But the price is deliciously low! The best such printer is Canonís BJC-250.

It costs $139 (from discounters such as Harmony). It produces 720´ 360 black, 360´ 360 color. It does a surprisingly good job of trying to imitate a 4-color printer ó especially if you add $20 for the photo-ink version. To pay less, get refurbished BJC-240 for $119.

Canonís main competitor is HPís Desk Jet 400L.

It costs $150 and has worse resolution (600´ 300 black, 300´ 300 color).

Special printers

The following printers have unusual abilities, for use by unusual folks.

Portable You can buy these portable ink-jet printers, which are tiny and weigh little: Canonís BJ-10SX ($149, prints just in black), BJ-30 ($249, prints just in black), Canonís BJC-80 ($249, colors), and HPís Deskjet 340 ($269, just black, upgradable to color for $39 extra). They work slowly, print less beautifully than desktop printers, and canít handle big stacks of paper.

Instead of buying a portable printer, consider buying Canonís BJC-240. At 5Ĺ pounds, it weighs just slightly more than a portable printer and tends to work faster, print more beautifully, handle paper better, and cost less!

Wide-carriage Most ink-jet printers handle just normal-width paper, which is 8Ĺ inches wide. To print colors on wider paper, get Canonís BJC-4550 ($269, 11"-by-17" paper) or Epsonís Stylus 1500 ($469, 17"-by-22").

4-cartridge color Suppose youíre printing a picture that contains lots of red but not much blue or yellow. When you use up all the red ink in a tri-color cartridge, you must throw the whole cartridge away, even though blue and yellow ink remain in the cartridge. What a waste! Canonís BJC-620 prevents such waste.

It uses 4 separate cartridges (a black cartridge, a red cartridge, a blue cartridge, and a yellow cartridge), so when the red ink runs out you can discard the red cartridge without having to discard any blue or yellow ink. Unfortunately, the printer is slow and expensive ($269 new, $219 refurbished).

Laser printers

A laser printer, like an office photocopier, contains a drum and uses toner made of ink. The printer shines a laser beam at the drum, which picks up the toner and deposits it on the paper.

For the IBM PC, the most popular laser printers are made by Hewlett-Packard (HP).

Laserjet 5

HPís best affordable printer is the Laserjet 5, invented in 1996. It improves on earlier models (the Laserjet 1, Laserjet 2, Laserjet 3, and Laserjet 4), which are no longer sold. I printed this book on a Laserjet 5. Itís terrific!

It can print 12 pages per minute (12 ppm). It can print 600 dots per inch (600 dpi); and it uses a trick called Resolution Enhancement Technology (RET), which can shift each dot slightly left or right and make each dot slightly larger or smaller.

Its ROM contains the definitions of 45 fonts. Each of those fonts is scalable: you can make the characters as big or tiny as you wish. You also get a disk containing the definitions of 65 additional scalable fonts: put that disk into your computer, copy those font definitions to your computerís hard disk, then tell your computer to copy those font definitions to the printerís RAM. So altogether, the printer can handle two kinds of fonts: the 45 internal fonts that were inside the printer originally, and soft fonts that are copied into the printerís RAM from the computerís disks.

The printer contains 4 megabytes of RAM, so it can handle lots of soft fonts and graphics on the same page. Moreover, the printer uses a trick called data compression, which compresses the data so that twice as much data can fit in the RAM (as if the RAM were 8 megabytes).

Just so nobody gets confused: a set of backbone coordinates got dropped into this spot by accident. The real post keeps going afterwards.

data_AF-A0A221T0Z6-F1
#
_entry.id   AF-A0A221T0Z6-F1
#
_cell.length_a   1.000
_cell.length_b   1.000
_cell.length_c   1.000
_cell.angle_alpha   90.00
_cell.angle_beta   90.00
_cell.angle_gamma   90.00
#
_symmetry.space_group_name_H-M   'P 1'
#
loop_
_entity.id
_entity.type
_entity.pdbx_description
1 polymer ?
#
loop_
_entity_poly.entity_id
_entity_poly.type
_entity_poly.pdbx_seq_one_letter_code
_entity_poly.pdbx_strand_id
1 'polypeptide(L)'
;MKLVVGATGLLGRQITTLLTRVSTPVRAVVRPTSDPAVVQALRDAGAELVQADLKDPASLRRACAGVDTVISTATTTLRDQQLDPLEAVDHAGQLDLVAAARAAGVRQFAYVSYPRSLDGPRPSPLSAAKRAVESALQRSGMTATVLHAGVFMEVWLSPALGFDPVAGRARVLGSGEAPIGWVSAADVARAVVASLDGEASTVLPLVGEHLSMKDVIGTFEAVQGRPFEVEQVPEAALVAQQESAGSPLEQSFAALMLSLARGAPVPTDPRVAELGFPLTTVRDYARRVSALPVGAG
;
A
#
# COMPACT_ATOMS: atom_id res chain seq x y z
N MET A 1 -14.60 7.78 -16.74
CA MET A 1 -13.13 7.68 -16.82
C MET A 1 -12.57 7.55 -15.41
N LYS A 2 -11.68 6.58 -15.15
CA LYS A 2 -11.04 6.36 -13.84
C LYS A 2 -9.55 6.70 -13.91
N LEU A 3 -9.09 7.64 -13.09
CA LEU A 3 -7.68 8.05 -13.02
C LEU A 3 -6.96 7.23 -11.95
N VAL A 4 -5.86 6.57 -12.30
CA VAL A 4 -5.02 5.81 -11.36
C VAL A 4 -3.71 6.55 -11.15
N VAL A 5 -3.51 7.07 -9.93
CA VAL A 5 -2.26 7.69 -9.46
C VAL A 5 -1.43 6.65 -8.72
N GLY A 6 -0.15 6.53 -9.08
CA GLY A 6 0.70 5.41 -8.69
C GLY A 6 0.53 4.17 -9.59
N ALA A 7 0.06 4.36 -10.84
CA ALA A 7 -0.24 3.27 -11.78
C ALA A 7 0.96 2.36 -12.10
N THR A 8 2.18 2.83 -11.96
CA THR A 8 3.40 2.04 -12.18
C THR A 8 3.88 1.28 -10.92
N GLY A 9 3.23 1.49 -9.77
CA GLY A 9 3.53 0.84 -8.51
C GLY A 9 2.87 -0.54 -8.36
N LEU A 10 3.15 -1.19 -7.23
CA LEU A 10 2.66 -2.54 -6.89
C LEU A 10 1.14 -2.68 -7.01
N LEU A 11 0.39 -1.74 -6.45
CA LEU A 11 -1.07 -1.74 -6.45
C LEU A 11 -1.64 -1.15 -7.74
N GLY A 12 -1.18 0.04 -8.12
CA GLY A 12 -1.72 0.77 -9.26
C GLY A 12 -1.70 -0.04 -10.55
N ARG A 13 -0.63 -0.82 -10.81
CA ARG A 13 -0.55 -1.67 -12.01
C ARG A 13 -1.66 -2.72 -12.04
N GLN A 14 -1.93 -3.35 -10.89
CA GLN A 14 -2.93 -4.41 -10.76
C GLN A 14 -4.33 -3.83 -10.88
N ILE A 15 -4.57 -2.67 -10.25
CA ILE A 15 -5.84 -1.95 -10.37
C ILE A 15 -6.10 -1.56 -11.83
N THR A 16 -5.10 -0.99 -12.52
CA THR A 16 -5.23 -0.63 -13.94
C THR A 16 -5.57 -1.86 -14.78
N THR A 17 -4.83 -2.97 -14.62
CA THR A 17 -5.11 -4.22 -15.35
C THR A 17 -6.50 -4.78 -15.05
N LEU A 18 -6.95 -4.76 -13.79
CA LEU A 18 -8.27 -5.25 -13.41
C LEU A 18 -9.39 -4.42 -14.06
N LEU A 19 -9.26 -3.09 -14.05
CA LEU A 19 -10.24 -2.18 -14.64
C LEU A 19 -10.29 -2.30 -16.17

It costs $988. Thatís the price charged by Tri State (a discount dealer), and it includes a toner cartridge.

Cheaper printers

For folks who canít afford $988, HP has developed a cheap Personal version (called the Laserjet 5P) and an even cheaper Lower-cost version (called the Laserjet 5L).

HP is always inventing improvements. When this book went to press, HP was selling a slightly improved Laserjet 5P, called the Laserjet 6P; and it was selling a slightly improved Laserjet 5L, called the Laserjet 6L.

To pay even less, buy from one of HPís competitors. Hereís how the printers differ:

Laser printer Resolution RAM Internal fonts Speed Price

HP Laserjet 5 600 dpi + RET 2M + compression 45 scalable 12 ppm $988

HP Laserjet 6P 600 dpi + RET 2M + compression 45 scalable 8 ppm $709

HP Laserjet 6L 600 dpi + RET 1M + compression 26 scalable 6 ppm $379

Brother HL-720 600 dpi ĹM + compression 35 scalable 6 ppm $319

Panasonic KX-P6100 300 dpi + RET ľM 7 bitmap 6 ppm $259

In the cheapest laser printer (by Panasonic), the ROMís fonts are bitmap, which means "non-scalable", which means you cannot make those fonts bigger or smaller: to get bigger or smaller fonts, you must use Windows and wait for Windows to copy scalable fonts from your computerís hard disk to your printerís RAM.

Laserjet 4V

Back in 1994, HP invented the Laserjet 4V. It resembles the Laserjet 5 but prints 16 pages per minute (instead of 12) and can accept Very-large paper (11 inches by 17 inches, instead of just 8Ĺ inches by 14 inches). That very-large paper, called tabloid size, is big enough to be the entire page of a tabloid newspaper! Moreover, the Laserjet 4V can print even at the paperís edge (without requiring a margin).

Discount dealers (such as Tri State) sell it for $1729.


When IBM decided to stop manufacturing printers, IBM sold its printer factory (in Lexington, Kentucky) to the factoryís employees, who called their new company Lexmark. IBM let them still use the "IBM" name in their advertising, even though theyíd become an independent company.